Appreciating the arts in Asheville
Published 10:23 am Thursday, December 9, 2021
Asheville, N.C. is a 6-hour drive from our house on the east side of West Tennessee. So, after Thanksgiving company left for home, we had eaten most of the leftovers, cleaned up the kitchen, put away all the pumpkins and turkeys until next year, and delivered our doggies to the boarder, DW and I packed and loaded up the car.
We joined thousands of others (DW said it was tens of thousands) on I-40 and headed east on that Sunday afternoon. We wanted an early start the next morning for extra sightseeing time in Asheville so we stopped for the night in Mt. Juliet.
It is a beautiful drive on to Asheville, around scenic mountains, over rivers and through tunnels. Our ears popped as we drove higher into the mountains. It had been a while since we had made a road trip. Thanksgiving was over, my Christmas spirit was taking over, I was anxious for what I might see.
And, I was excited to have more time to roam the narrow streets and quaint downtown area for fabulous food and interesting finds in Asheville. That town of about 92,000 has the reputation of being an “artsy” community and a mecca for foodies. Because we had been there before we knew to have lunch at Tupelo Honey, starting with fried Brussel sprouts, followed up with the smothered chicken with milk gravy and meatloaf. Oh, it was all so very good.
We walked off our late lunch while searching for local artwork — paintings, sculpture, photography, pottery, jewelry, furniture, clothing and much more. It could be overwhelming, but I was up for it and DW was a good sport. We found much to see and hear as the sidewalk musicians serenaded passersby. A few handmade Christmas ornaments from the Kress Emporium came home with us. With not enough time to go to all the recommended shopping areas, we decided on driving to Biltmore Village. We strolled through an antique mall, saw more beautiful works of glass, paintings, pottery and a Christmas shop as the sun was setting and the holiday lights began to glow. Here we were right outside the entrance to the Biltmore Estate.
The real reason we had come to Asheville. Though DW and I had toured the Biltmore home twice before, we wanted to see it at Christmas time. DW had made our overnight reservations on the grounds and purchased the tickets online for the Tuesday 6:30 p.m. Christmas tour. With shopping wrapped up and in the bag, we drove through the tall brick gates just before dark so to see the gorgeous property George Vanderbilt purchased in the late 1880s now adorned for the holiday. Mr. Vanderbilt did everything on a grand scale, made possible by his family’s fortune in railroad and steamboat businesses that catapulted his worth to $220 million, unheard of wealth in that era. There is so much to see in this incredible place.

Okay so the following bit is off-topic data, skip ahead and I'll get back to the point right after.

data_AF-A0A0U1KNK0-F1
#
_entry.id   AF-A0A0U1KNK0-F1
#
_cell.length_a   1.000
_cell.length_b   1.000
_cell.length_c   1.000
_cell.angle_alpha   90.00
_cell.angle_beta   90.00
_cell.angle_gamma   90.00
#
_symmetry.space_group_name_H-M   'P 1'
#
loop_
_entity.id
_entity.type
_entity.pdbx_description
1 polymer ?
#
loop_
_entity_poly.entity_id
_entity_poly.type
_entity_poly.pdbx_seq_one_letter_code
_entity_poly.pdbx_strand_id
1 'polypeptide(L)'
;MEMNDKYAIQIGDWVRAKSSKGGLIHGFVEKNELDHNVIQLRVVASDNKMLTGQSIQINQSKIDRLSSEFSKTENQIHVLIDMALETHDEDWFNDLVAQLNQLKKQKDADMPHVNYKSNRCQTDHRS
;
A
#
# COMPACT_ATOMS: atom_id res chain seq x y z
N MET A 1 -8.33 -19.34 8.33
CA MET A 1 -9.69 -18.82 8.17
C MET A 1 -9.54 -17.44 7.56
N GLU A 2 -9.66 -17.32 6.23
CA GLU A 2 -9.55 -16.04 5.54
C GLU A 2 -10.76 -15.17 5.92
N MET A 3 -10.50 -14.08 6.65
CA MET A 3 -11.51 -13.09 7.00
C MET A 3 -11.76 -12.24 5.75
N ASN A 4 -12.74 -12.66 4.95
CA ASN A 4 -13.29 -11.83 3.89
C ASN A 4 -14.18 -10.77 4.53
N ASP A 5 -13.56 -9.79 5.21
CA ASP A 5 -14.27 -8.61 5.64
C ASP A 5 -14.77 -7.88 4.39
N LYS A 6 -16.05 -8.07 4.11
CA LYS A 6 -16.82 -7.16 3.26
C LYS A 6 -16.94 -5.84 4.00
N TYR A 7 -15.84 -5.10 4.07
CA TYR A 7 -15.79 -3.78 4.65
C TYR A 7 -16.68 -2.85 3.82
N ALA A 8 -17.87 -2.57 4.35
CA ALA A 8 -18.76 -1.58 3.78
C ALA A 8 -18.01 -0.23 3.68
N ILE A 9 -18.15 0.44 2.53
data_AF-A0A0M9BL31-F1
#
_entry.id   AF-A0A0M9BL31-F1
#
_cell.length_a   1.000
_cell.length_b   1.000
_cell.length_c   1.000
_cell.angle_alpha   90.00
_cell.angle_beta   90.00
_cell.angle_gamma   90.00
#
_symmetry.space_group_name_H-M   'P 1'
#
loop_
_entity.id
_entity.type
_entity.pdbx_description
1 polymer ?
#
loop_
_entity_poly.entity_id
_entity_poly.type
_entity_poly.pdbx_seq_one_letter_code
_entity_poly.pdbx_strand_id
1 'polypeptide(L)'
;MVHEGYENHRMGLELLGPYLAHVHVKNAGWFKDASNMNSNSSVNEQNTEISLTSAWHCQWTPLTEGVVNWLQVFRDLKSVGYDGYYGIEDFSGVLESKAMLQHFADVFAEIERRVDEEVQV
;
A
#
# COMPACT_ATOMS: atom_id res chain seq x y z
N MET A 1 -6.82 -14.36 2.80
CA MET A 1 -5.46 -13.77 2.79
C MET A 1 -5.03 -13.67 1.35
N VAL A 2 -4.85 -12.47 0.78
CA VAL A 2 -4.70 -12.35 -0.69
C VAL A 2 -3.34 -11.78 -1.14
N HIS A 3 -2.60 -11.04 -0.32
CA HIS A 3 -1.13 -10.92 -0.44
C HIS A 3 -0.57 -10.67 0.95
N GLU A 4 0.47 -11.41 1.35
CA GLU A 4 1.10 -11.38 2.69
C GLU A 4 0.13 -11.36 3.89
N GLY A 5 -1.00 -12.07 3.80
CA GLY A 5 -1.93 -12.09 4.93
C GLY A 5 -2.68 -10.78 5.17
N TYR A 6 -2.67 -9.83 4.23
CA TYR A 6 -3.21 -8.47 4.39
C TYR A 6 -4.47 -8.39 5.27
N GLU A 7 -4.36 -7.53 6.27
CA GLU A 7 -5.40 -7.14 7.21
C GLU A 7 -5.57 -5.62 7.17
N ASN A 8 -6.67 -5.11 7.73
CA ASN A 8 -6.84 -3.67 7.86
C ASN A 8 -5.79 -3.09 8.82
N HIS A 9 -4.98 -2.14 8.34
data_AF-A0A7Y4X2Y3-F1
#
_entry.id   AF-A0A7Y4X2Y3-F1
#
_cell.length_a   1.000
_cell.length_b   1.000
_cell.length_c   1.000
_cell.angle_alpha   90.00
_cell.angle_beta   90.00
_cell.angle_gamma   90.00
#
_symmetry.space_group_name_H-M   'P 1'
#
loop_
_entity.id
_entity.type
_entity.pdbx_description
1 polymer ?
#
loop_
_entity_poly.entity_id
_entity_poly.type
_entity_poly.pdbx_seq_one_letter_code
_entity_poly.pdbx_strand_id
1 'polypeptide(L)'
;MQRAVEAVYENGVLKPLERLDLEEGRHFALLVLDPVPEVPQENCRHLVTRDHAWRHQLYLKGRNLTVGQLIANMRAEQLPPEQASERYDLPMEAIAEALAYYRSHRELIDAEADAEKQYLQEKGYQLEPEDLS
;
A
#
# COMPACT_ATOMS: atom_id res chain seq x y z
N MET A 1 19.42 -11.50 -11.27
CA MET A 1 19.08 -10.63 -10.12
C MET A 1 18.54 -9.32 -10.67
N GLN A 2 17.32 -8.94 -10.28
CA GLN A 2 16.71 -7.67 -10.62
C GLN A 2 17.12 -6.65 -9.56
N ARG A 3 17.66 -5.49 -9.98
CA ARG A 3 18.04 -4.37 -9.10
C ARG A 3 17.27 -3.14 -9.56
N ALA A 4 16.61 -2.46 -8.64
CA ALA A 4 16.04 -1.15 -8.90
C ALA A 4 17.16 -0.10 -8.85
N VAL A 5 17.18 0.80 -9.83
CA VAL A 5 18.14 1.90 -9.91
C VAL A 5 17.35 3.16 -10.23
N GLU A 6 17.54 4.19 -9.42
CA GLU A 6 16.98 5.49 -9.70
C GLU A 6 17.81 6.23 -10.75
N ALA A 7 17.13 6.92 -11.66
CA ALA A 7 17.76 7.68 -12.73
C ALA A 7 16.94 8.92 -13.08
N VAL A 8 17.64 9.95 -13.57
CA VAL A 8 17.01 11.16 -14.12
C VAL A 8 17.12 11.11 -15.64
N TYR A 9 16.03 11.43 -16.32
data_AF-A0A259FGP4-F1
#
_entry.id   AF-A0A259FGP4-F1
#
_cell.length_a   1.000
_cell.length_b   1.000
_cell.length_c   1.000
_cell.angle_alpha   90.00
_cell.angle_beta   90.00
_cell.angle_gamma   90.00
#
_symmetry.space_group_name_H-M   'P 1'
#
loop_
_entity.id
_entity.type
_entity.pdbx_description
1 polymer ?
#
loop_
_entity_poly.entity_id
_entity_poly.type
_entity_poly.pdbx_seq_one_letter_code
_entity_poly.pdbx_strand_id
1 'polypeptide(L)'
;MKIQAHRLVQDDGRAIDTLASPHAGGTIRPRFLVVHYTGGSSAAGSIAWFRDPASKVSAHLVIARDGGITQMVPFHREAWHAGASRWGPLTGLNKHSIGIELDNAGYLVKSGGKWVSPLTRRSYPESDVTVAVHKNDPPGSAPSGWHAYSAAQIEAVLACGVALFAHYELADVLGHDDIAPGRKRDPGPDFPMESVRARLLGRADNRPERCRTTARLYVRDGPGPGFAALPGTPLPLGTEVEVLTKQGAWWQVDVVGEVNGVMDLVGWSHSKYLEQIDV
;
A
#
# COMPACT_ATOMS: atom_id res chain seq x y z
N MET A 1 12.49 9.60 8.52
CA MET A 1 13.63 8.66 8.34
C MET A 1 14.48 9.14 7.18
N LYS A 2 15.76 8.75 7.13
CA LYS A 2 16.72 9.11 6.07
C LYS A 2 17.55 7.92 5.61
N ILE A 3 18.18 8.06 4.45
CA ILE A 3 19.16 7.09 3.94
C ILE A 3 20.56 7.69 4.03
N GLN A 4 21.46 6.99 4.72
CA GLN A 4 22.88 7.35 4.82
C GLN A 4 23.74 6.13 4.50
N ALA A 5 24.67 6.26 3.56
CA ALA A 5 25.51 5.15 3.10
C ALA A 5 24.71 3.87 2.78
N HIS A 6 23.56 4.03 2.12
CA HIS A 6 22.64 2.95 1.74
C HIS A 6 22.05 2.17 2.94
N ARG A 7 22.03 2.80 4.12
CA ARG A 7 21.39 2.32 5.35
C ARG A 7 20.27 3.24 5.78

Immersed in art. Mr. Vanderbilt collected fine works of art his entire life so having Van Gogh’s Art Immersion Exhibit on the Biltmore grounds was totally in keeping with the artistic history of this place. George would have agreed wholeheartedly.
DW and I plus a bus load of senior citizens opened the doors for the first showing on Tuesday morning. The exhibit was both touching and intriguing. The artist’s works came alive as his larger-than-life sized paintings danced all around the room with added animation. His quotes, self-portraits, thoughts and letters reflected his mostly sad life. His life inspired his art, his ups and downs reflected in his paintings. His beautiful and renown sunflower painting came out of his happiest days spent in Paris; and we exited the exhibit through a room of sunflowers leaving on a happy note.
Much more…lights, holiday finery, delicious dining, comfortable accommodations, beautiful vistas and countryside and one gorgeous overflowing greenhouse…. yet to see and enjoy on our December trip. And then the magnificent house.
Recipe of the Week
Try this creamy white sauce over fried or oven baked chicken.
2 tablespoons unsalted butter
¼ cup all-purpose flour
2 cups whole or 2% milk
¾ teaspoon sea salt, or to taste
½ teaspoon black pepper
⅛ teaspoon cayenne pepper
In a heavy saucepan, melt butter over low heat. Add flour, whisking to combine. Be very careful not to let the mixture brown, be patient. Increase the heat to medium low, stirring constantly for 2 minutes. Slowly whisk in the milk then add the salt. Continue whisking and cooking over medium heat for about 5 minutes and until mixture thickens. Add pepper and cayenne, stirring to blend, adding more salt here if desired. Remove from heat and serve. May also cool and refrigerate in an airtight container for up to 1 week. Reheat gently to serve again, thinning with a small amount of milk if needed.